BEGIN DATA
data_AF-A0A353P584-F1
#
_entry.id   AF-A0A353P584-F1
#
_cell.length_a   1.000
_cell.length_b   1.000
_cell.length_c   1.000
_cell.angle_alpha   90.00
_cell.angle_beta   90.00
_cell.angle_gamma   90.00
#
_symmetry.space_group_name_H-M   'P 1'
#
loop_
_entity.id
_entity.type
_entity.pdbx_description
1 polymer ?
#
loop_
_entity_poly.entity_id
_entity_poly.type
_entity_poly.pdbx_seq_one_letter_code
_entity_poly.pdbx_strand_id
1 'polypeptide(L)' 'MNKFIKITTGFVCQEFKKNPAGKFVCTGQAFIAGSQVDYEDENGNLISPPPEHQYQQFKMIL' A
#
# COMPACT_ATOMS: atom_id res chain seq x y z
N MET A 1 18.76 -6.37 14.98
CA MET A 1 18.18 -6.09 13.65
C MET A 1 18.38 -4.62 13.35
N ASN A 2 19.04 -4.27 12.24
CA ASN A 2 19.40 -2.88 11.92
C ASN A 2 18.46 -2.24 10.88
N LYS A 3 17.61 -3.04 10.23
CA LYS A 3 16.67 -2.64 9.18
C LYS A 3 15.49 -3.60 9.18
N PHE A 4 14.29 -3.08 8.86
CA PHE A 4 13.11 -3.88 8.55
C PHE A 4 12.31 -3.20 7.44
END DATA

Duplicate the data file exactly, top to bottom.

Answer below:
data_AF-A0A353P584-F1
#
_entry.id   AF-A0A353P584-F1
#
_cell.length_a   1.000
_cell.length_b   1.000
_cell.length_c   1.000
_cell.angle_alpha   90.00
_cell.angle_beta   90.00
_cell.angle_gamma   90.00
#
_symmetry.space_group_name_H-M   'P 1'
#
loop_
_entity.id
_entity.type
_entity.pdbx_description
1 polymer ?
#
loop_
_entity_poly.entity_id
_entity_poly.type
_entity_poly.pdbx_seq_one_letter_code
_entity_poly.pdbx_strand_id
1 'polypeptide(L)' 'MNKFIKITTGFVCQEFKKNPAGKFVCTGQAFIAGSQVDYEDENGNLISPPPEHQYQQFKMIL' A
#
# COMPACT_ATOMS: atom_id res chain seq x y z
N MET A 1 18.76 -6.37 14.98
CA MET A 1 18.18 -6.09 13.65
C MET A 1 18.38 -4.62 13.35
N ASN A 2 19.04 -4.27 12.24
CA ASN A 2 19.40 -2.88 11.92
C ASN A 2 18.46 -2.24 10.88
N LYS A 3 17.61 -3.04 10.23
CA LYS A 3 16.67 -2.64 9.18
C LYS A 3 15.49 -3.60 9.18
N PHE A 4 14.29 -3.08 8.86
CA PHE A 4 13.11 -3.88 8.55
C PHE A 4 12.31 -3.20 7.44